Forgiveness. I like to think that I am quick to seek forgiveness when I have wronged someone and just as swift to offer it when someone requests it of me. I like to think that. But I'm not so sure that it's always true.
I know that true forgiveness brings healing and restoration. But I also know it doesn't come without a price. As humans, we aren't able to just forget something that hurt or harmed us. God is the only one who can truly forgive and forget. The rest of us simply have to choose to move forward from that place of pain or injustice even though we still remember what happened.
That's why forgiving someone isn't for the faint of heart. It is difficult and requires a generosity of heart and mercy that doesn't come naturally to most of us. In his devotional, "A Year with God," R. P. Nettlehorst stated it so clearly that it was actually painful to me when I read it. He said, "Forgiveness is the granting of mercy to one who deserves anger. Forgivness is a decision against justice. Forgiveness gives a benefit to one who does not deserve it." Those words go against everything that we believe is fair and just. Yet they are at the very heart of true forgiveness.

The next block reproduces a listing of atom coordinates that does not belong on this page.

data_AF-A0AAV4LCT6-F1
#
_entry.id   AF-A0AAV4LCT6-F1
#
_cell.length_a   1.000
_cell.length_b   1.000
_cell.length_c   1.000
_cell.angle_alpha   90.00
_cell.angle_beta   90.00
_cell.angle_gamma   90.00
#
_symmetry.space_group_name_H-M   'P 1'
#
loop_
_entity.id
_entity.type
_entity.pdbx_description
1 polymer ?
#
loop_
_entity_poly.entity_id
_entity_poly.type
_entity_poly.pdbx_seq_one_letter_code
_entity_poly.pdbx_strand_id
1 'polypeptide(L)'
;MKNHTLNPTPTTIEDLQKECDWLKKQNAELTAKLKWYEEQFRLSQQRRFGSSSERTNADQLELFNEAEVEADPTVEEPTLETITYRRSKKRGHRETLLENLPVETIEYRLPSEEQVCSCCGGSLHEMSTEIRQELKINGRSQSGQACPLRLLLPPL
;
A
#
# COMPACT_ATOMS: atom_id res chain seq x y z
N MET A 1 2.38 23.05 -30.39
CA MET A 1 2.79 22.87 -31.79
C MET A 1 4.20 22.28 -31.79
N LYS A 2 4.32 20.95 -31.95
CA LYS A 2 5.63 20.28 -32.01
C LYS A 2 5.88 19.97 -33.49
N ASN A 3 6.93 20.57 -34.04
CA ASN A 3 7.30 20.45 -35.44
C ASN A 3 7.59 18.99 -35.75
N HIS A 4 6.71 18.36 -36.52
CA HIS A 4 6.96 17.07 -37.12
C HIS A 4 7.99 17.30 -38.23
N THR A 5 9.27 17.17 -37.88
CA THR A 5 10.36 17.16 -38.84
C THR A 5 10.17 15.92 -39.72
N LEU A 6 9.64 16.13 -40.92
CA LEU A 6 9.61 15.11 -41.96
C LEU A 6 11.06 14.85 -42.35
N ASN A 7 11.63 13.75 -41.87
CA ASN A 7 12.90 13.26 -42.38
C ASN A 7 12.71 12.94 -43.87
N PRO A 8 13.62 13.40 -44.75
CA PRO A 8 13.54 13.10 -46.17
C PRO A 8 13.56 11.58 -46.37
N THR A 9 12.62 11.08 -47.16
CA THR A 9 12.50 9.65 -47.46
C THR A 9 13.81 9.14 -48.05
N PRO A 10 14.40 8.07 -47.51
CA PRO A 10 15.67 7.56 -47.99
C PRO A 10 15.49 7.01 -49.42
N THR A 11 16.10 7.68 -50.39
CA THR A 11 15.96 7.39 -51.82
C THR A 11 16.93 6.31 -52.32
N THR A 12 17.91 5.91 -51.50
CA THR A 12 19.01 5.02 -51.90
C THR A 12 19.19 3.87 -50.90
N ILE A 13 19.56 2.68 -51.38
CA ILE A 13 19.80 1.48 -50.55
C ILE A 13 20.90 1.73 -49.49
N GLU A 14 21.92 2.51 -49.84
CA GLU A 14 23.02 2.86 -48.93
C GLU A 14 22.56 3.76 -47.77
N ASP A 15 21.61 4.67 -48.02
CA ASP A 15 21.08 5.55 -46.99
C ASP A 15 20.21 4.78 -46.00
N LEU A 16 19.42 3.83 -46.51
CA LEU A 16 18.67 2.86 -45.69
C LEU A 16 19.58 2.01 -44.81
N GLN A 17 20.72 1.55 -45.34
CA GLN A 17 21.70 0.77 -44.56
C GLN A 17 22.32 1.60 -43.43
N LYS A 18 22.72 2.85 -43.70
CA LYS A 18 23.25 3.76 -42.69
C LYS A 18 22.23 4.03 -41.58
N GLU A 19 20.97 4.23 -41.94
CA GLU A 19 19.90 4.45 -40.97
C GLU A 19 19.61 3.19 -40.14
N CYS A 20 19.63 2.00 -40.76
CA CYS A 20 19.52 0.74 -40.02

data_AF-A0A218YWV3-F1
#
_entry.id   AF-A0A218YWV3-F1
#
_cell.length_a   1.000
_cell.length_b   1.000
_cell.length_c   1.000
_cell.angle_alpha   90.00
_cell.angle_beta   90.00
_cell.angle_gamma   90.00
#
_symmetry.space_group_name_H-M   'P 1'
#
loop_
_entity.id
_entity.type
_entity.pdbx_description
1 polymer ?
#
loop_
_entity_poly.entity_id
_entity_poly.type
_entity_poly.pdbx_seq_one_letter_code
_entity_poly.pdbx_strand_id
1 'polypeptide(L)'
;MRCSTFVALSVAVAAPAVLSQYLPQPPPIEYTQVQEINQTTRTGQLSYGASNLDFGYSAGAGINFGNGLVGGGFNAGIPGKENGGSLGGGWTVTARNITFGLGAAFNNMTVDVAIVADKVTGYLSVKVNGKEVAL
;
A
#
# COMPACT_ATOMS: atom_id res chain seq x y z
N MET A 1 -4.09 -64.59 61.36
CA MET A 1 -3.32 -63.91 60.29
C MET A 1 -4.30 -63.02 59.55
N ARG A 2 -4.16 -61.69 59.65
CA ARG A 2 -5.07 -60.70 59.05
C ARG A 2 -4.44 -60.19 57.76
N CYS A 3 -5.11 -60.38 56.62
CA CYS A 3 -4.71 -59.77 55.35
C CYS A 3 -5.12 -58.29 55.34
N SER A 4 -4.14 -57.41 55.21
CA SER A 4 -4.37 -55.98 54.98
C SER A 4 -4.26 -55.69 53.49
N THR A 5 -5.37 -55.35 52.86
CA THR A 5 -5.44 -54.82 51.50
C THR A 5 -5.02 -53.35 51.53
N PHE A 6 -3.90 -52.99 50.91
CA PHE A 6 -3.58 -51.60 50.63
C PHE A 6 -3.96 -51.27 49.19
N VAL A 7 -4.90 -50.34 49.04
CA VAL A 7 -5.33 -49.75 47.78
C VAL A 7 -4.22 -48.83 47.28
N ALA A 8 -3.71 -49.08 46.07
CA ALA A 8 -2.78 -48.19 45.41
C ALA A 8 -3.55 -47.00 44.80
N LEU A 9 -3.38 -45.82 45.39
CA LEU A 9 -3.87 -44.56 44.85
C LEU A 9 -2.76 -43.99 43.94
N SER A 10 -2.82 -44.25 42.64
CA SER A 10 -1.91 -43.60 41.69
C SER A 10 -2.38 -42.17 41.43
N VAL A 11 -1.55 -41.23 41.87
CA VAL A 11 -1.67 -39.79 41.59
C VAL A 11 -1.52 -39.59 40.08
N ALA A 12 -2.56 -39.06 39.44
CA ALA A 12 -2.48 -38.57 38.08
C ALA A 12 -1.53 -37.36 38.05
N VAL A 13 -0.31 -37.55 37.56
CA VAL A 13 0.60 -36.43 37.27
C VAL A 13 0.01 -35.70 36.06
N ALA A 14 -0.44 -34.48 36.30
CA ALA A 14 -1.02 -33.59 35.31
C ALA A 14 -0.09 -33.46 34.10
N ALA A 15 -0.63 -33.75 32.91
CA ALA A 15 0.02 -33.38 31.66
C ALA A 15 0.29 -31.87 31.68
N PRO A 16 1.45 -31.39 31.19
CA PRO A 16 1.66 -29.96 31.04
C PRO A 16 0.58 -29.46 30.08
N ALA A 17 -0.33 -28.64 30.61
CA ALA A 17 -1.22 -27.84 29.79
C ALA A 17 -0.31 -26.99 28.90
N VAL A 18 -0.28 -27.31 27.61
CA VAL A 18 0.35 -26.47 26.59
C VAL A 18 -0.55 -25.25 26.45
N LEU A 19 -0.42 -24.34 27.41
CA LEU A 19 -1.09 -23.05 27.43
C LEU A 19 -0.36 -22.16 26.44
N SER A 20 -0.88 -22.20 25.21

In this life, we will all do things that cause others pain. And as much as we might like to, we can't go back and undo those things. Many years ago, my pastor summed up forgiveness in a way that I have never forgotten. He said, "Forgivness means being willing to live with the consequences of someone else's sin." We don't live in a vacuum. Our actions impact people and relationships. May we all offer and receive true, mercy-filled forgiveness that brings restoration